Photo of Melissa Chee

Melissa Chee

Phone:613-520-2600 x 5077
Email:melissa.chee@carleton.ca
Office:3414 Herzberg Building

Eligible to supervise at the undergraduate and graduate level.

We are always interested in exceptional, highly motivated and articulate new lab members.

  • Graduate students and postdocs: Please email Melissa.Chee@carleton.ca with a brief introduction, curriculum vitae and 3 names of references
  • Honors thesis students: Please email Melissa.Chee@carleton.ca with a brief introduction to discuss potential opportunities

RESEARCH SUMMARY

The Chee lab focuses on three inter-related goals:

  • Decode and dissect the role of neuropeptides in a neuronal network;
  • Correlate neuronal activity to behavior;
  • Elucidate the crosstalk and feedback between neural, endocrine and neuroendocrine factors in the brain.

Broadly, we use these themes to investigate the central regulation of obesity, affective disorders and cognition. Towards these aims, we address the following questions:

  • What is the role of the lateral hypothalamus? What are the key players, interconnected brain regions and underlying neuronal mechanisms?
  • How does melanin-concentrating hormone, produced exclusively in the lateral hypothalamus, regulate body weight, learning and social behaviors? What are the neurocircuits, receptors and ion channel mechanisms that permit these physiological and behavioral actions? Which neurotransmitter systems are required?
  • How does the environment provide feedback to these neurocircuits? What is the effect of diet, macronutrient selection and/or endocrine signals on synaptic plasticity in targeted brain areas?

To address these questions, we use transgenic mouse models, whole-cell electrophysiology, optogenetics, pharmacogenetics, brain and slice imaging, neuroanatomy and behavioral testing.

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Caption: Distribution of neurons expressing melanin-concentrating hormone (green) in the lateral hypothalamus. Co-expression and photostimulation of light-sensitive molecules (red), in a freely-behaving mouse allow us to form correlations between cellular activation and behavior.

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Caption: At the target site, stimulation of the dark synaptic boutons that are enveloping our cell(s)-of-interest may cause a direct synaptic event that leads to a behavior.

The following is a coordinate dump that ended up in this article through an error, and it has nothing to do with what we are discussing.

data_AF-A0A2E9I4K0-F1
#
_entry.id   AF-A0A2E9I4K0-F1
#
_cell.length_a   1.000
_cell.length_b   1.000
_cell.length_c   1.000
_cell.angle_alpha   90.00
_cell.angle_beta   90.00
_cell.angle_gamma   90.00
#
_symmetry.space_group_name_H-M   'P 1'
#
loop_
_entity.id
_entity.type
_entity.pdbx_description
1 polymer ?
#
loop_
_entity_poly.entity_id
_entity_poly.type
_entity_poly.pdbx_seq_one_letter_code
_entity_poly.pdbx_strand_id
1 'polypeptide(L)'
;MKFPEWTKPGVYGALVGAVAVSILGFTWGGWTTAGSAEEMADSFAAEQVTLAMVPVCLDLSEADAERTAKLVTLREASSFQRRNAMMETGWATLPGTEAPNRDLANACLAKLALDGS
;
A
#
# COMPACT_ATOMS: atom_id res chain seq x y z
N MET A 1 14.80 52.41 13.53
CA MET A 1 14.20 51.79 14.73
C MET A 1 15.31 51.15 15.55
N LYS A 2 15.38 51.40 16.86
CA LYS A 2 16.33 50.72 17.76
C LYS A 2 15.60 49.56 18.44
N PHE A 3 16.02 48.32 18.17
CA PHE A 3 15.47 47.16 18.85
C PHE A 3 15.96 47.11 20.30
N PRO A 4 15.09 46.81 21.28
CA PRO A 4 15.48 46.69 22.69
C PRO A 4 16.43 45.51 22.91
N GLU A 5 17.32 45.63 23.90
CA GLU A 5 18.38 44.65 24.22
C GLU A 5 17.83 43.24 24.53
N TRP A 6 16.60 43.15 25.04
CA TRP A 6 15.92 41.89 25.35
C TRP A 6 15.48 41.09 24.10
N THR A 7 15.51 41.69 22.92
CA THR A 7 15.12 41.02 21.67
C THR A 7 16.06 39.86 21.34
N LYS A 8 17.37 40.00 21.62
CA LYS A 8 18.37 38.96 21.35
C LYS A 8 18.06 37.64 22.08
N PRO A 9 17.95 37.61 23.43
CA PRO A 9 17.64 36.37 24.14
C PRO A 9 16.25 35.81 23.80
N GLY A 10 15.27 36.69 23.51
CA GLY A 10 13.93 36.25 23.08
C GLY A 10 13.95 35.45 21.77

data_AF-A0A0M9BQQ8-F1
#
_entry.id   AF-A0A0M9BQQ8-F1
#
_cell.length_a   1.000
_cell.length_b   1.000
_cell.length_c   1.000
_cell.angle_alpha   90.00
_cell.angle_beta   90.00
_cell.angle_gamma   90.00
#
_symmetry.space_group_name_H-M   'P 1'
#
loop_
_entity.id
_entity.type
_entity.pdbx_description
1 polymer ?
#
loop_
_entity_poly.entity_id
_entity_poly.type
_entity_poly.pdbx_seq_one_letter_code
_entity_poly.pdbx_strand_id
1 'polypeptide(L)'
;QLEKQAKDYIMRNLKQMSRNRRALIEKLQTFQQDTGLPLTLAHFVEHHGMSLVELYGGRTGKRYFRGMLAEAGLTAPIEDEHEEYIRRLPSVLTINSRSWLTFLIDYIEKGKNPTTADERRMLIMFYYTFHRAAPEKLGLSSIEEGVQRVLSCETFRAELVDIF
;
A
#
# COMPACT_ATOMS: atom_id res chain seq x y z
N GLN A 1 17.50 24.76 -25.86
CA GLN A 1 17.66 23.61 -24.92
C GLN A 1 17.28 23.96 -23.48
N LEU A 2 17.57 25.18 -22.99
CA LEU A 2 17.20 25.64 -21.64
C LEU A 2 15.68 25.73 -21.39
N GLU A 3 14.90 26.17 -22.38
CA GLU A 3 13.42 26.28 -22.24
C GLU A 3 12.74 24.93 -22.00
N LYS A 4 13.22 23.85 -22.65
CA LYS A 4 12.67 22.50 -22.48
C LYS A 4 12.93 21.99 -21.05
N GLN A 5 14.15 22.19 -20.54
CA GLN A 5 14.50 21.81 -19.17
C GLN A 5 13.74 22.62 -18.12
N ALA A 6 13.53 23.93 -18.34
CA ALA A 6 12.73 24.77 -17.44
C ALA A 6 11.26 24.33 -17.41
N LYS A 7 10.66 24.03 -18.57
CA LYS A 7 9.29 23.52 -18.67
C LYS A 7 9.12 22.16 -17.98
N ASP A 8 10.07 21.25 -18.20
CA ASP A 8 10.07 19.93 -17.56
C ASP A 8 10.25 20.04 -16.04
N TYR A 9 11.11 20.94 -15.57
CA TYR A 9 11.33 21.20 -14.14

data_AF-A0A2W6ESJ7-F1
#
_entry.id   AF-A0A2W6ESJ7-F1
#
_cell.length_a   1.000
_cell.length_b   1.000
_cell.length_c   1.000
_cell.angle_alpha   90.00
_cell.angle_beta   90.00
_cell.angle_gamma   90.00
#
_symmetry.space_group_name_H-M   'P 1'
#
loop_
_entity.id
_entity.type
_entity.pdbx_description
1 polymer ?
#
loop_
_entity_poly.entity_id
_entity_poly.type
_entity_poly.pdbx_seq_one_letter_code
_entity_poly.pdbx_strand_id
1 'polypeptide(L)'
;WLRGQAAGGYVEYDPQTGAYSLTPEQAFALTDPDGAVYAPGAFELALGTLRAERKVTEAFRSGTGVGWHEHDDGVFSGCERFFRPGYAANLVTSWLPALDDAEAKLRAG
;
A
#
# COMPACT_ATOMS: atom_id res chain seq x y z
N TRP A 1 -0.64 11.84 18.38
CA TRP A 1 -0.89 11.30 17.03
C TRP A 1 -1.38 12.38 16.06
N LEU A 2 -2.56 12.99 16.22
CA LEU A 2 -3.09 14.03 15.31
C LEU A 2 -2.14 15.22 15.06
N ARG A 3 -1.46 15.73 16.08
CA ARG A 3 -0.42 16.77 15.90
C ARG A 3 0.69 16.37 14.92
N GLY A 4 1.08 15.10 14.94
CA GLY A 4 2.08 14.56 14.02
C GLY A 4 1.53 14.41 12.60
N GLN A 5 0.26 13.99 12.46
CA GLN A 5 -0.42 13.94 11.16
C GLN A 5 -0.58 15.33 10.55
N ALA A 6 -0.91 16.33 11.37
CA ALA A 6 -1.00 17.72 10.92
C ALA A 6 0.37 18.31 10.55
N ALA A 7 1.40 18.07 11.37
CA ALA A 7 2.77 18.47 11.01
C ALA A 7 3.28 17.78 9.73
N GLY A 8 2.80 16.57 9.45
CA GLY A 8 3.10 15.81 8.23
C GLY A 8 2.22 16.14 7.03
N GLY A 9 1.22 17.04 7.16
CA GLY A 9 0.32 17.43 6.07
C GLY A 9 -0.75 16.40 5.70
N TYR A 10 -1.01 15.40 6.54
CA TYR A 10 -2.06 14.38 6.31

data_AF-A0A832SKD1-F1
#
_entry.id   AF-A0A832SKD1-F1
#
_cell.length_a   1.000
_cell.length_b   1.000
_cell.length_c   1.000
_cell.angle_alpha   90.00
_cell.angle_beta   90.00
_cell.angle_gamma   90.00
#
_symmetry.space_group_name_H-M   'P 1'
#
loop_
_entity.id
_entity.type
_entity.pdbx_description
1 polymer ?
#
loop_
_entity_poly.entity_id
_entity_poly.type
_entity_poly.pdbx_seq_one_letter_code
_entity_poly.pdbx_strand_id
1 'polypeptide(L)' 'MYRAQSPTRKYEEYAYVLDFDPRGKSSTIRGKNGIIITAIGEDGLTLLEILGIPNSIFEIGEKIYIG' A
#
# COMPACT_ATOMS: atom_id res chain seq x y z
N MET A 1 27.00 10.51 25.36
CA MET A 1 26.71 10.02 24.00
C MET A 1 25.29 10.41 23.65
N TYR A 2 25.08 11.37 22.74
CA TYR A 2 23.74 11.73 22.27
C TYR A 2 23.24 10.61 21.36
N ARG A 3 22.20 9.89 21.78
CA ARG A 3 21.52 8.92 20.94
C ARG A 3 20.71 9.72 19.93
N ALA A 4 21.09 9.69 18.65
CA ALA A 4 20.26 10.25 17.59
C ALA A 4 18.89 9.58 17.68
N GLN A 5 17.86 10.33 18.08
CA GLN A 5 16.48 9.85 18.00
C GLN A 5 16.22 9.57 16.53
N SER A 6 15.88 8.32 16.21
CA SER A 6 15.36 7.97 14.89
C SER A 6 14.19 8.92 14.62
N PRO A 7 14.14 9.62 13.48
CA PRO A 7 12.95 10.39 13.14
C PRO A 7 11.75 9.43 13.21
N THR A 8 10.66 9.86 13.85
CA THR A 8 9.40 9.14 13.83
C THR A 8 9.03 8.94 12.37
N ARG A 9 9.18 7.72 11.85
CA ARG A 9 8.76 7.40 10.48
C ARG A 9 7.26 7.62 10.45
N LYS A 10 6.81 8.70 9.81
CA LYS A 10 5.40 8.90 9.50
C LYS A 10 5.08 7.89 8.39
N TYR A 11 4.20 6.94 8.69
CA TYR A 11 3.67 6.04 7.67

SELECTED PUBLICATIONS:

Chee MJ, Arrigoni E, Maratos-Flier E. 2015. Melanin-concentrating hormone neurons release glutamate for feedforward inhibition of the lateral septum. J Neurosci 35:3644-51.

Chee MJ, Douris N, Forrow AB, Monnard A, Lu S, Flaherty SE 3rd, Adams AC, Maratos-Flier E. 2015. Melanin-concentrating hormone is necessary for olanzapine-inhibited locomotor activity in male mice. Eur Neuropsychopharmacol 25:1808-16.

Luchtman DW, Chee MJ, Doslikova B, Marks DL, Baracos VE, Colmers WF. 2015. Defense of elevated body weight setpoint in diet-induced obese rats on low energy diet is mediated by loss of melanocortin sensitivity in the paraventricular hypothalamic nucleus. PLoS One 10:e0139462.

Williams RH, Chee MJ, Kroeger D, Ferrari LL, Maratos-Flier E, Scammell TE, Arrigoni E. 2014. Optogenetic-mediated release of histamine reveals distal and autoregulatory mechanisms for controlling arousal. J Neurosci 34:6023-6029.

Chee MJ, Pissios P, Prasad D, Maratos-Flier E. 2014. Expression of melanin-concentrating hormone receptor 2 protects against diet-induced obesity in male mice. Endocrinology 155:81-88.

Chee MJ, Pissios P, Maratos-Flier E. 2013. Neurochemical characterization of neurons expressing melanin-concentrating hormone receptor 1 in the mouse hypothalamus. J Comp Neurol 521:2208-2234.

Adams AC, Domouzoglou EM, Chee MJ, Segal-Lieberman G, Pissios P, Maratos-Flier E. 2011. Ablation of the hypothalamic neuropeptide melanin concentrating hormone is associated with behavioral abnormalities that reflect impaired olfactory integration. Behav Brain Res 224:195-200.

Chee MJ, Myers MG Jr, Price CJ, Colmers WF. 2010. Neuropeptide Y suppresses anorexigenic output from the ventromedial nucleus of the hypothalamus. J Neurosci 30:3380-3390..